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Why franking fears, dividends may leave some investors worse off

Glenn Freeman  |  05 Jun 2019Text size  Decrease  Increase  |  
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Some investors could be worse off if they acted early on fears about Labor's franking credit policy, says super industry expert Phil La Greca.

Presumptions about the federal election result in May were widespread. Newspoll, YouGov/Galaxy, Ipsos and ReachTEL polls all tipped Labor to beat the Liberal/National Coalition by 51 seats to 49 on a two-party preferred basis.

Ultimately, the Liberal National Coalition scooped 77 seats versus just 68 to Labor – a surprising result that is a cautionary tale for voters and investors alike.

"Plan for it, but don't necessarily act before you really have to is the real lesson of it," says Phil La Greca, executive manager of SMSF technical and strategic services, Super Concepts.

Morningstar senior banking analyst David Ellis similarly warned investors ahead of the election to first wait for the result and the possibility the surplus franking proposal would be watered down in the Senate. 

Decisions made at a corporate level ahead of the election may also end up having unforeseen consequences for shareholders.

Westpac Bank (ASX: WBC) announced in March its plan to bring forward its interim dividend payment by nine days, to 24 June – a third dividend within the same financial year alongside the interim dividend paid last July and a full year dividend paid in December.

Some within the industry speculated this was spurred by a potential change in franking rules – a central part of Labor's ultimately unsuccessful policy strategy – including Australian Foundation Investment Company chief executive Mark Freeman.

Mining company Fortescue (ASX: FMG) also announced a big dividend payment during its interim results in February, as did travel agency business Flight Centre (ASX: FLT).

Super Concepts' La Greca says while companies are making these business decisions on the expectations of adverse policy implications, the full ramifications for end-investors aren't always considered.

"If you ended up with an extra dividend payment in your tax year, it could have some detrimental implications, such as maybe crossing some tax thresholds which can do all sorts of things," La Greca says.

"For instance, it could change eligibility for the aged pension, which could mean you lose your healthcare card – that's based on taxable income."

Such risks aren't exclusively presented by elections.

"We've seen it before. In 2016, the original budget proposal about non-concessional super contributions was going to be a $500,000 lifetime limit. But by the time we got past the budget, during the election it was changed to $100,000 and then we'll look at your super," he says.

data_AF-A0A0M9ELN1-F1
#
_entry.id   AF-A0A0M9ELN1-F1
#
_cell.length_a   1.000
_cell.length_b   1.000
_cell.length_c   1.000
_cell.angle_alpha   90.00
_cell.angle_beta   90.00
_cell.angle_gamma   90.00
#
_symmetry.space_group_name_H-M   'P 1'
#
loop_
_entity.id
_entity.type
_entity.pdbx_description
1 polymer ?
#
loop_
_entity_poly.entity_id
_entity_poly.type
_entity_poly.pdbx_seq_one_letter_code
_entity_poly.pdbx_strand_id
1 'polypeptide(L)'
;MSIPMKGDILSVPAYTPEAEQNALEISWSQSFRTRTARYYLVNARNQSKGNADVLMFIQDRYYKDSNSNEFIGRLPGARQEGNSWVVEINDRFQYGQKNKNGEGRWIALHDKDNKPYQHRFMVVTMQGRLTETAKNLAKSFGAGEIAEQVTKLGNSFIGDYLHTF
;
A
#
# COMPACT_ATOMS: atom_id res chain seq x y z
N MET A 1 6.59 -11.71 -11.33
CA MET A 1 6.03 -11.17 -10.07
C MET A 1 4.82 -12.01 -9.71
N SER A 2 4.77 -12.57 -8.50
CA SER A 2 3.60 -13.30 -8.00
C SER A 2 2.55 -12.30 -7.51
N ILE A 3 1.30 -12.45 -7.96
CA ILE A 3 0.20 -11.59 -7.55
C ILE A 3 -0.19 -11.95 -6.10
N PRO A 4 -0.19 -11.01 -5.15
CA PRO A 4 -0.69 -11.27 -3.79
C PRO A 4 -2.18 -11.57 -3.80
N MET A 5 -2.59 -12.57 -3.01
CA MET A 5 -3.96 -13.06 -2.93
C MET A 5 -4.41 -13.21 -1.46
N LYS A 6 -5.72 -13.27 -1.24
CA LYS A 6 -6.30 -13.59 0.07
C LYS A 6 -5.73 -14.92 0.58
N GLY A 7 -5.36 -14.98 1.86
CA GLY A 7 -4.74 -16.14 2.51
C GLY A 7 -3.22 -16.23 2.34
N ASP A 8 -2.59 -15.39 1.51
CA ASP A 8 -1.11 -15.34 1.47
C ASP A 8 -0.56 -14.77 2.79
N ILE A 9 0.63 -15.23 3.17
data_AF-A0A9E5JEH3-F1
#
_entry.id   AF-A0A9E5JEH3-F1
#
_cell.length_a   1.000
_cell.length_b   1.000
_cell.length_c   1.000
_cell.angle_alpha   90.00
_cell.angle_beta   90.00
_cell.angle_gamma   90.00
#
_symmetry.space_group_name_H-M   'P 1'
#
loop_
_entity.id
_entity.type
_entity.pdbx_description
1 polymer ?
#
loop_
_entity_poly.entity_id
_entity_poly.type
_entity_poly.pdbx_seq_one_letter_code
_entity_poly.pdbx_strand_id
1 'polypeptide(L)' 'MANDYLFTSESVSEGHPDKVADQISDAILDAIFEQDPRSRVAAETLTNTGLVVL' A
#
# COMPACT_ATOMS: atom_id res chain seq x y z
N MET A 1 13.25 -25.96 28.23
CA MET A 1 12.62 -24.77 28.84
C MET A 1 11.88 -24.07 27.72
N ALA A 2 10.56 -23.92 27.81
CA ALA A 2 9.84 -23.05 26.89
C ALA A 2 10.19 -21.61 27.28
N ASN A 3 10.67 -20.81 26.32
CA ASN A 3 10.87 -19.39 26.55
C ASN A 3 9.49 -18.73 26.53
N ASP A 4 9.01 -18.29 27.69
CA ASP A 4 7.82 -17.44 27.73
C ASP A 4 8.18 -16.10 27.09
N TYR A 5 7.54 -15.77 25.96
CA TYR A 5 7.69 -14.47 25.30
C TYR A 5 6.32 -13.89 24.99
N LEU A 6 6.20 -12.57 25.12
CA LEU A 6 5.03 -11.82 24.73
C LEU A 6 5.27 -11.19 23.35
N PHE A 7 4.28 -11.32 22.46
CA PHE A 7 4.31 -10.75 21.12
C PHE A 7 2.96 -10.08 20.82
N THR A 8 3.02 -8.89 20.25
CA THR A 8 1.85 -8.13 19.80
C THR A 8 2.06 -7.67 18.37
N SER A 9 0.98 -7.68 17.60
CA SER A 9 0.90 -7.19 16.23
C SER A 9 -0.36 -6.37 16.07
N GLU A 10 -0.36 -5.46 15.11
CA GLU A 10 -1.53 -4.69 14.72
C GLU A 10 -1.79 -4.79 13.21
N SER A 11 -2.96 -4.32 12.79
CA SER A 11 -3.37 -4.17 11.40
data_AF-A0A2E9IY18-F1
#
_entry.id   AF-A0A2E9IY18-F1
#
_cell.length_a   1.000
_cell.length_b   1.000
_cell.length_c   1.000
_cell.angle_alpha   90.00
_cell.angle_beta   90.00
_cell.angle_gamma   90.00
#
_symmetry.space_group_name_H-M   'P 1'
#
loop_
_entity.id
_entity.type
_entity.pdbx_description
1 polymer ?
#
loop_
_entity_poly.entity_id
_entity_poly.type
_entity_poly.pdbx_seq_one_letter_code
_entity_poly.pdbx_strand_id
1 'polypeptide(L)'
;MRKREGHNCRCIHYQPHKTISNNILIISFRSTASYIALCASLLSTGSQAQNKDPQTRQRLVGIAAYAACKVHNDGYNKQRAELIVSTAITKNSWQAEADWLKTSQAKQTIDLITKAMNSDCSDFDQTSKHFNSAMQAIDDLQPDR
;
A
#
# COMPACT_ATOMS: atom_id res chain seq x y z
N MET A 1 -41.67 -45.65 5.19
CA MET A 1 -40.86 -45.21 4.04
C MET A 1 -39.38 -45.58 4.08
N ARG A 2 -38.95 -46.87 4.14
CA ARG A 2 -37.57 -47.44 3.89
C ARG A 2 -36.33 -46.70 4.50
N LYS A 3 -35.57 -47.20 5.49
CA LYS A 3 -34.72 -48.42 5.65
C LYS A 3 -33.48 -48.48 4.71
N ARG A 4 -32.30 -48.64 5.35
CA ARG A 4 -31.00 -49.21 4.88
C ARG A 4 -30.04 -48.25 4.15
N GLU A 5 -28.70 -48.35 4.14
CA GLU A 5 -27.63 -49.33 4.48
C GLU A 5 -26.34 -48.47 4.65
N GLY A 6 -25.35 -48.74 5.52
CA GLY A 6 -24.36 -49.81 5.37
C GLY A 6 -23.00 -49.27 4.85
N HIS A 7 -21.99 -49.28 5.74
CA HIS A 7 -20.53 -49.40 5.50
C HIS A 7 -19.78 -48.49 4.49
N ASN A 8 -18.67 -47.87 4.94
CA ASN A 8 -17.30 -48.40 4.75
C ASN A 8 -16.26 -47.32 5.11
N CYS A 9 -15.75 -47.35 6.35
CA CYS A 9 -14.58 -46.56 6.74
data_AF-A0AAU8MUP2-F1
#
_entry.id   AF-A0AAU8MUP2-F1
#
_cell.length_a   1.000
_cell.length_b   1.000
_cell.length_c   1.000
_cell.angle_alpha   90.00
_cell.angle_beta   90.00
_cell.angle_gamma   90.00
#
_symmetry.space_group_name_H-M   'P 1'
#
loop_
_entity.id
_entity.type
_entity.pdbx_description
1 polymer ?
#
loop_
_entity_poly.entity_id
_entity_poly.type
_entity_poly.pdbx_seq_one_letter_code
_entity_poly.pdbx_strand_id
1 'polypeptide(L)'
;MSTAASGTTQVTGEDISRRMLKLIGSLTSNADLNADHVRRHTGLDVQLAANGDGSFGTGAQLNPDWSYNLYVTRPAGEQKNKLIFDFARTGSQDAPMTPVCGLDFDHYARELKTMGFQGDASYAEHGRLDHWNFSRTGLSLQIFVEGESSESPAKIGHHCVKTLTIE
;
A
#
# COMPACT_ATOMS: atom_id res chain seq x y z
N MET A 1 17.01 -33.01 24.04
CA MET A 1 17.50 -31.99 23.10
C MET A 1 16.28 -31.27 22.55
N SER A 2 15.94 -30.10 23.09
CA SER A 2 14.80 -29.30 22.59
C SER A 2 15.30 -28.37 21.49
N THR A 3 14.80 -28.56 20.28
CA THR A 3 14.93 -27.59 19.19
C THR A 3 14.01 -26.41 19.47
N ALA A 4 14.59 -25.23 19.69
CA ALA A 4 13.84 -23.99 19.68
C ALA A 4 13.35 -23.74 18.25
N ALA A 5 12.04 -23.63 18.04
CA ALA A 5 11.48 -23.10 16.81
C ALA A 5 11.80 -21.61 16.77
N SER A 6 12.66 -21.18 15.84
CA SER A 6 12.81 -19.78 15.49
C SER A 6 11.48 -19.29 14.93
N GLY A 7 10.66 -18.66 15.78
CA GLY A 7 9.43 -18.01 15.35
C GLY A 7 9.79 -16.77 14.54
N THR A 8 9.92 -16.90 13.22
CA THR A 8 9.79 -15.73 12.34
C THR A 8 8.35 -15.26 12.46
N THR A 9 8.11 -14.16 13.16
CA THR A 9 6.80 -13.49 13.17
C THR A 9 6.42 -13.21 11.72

"People who might've thought the [initial policy] was going to be in play might've held off making contributions, and then suddenly the new rules come in and they've lost an opportunity."

Dreams versus reality

The cautionary lesson for investors here is in how individuals should react to proposed announcements about rule changes, versus actual changes.

"And part of it also is that many people don't really have a full grasp of the parliamentary process.

"It's been a long time since we've had a government that's controlled both houses of parliament, so the potential for amendments or tweaking is pretty definite on anything that is even slightly controversial," La Greca says.

He believes not only did people take the election result for granted, they also overlooked the likelihood that the final superannuation or franking credit policy introduced would be substantially different to the draft proposals.

It's too soon to gauge how many people might have been affected either by higher dividend payments ahead of an expected Labor election win, or from making other changes based on potential changes.

"We might start to see the June 2019 assets information from the ATO in 2020…including whether exposure to Australian equities came down – that would give us an indication that maybe people did move," La Greca says.

"It will also be interesting to see what we get from APRA, if they have any data coming out post-June showing how many people moved money to industry super funds from SMSFs.

"We might see some rollover money from SMSFs heading back to APRA-regulated funds…there was a lot of talk about these sorts of actions, but it'll be hard to see immediately."

The potential for consumer complaints about financial advice relating to making changes ahead of the election to may be a further consequence, La Greca says.

"Because if someone advised clients to do this, and the client acted on that, if they're notionally worse off if they shut down an SMSF, or changed asset mix, they may have a case to argue."

is senior editor for Morningstar Australia

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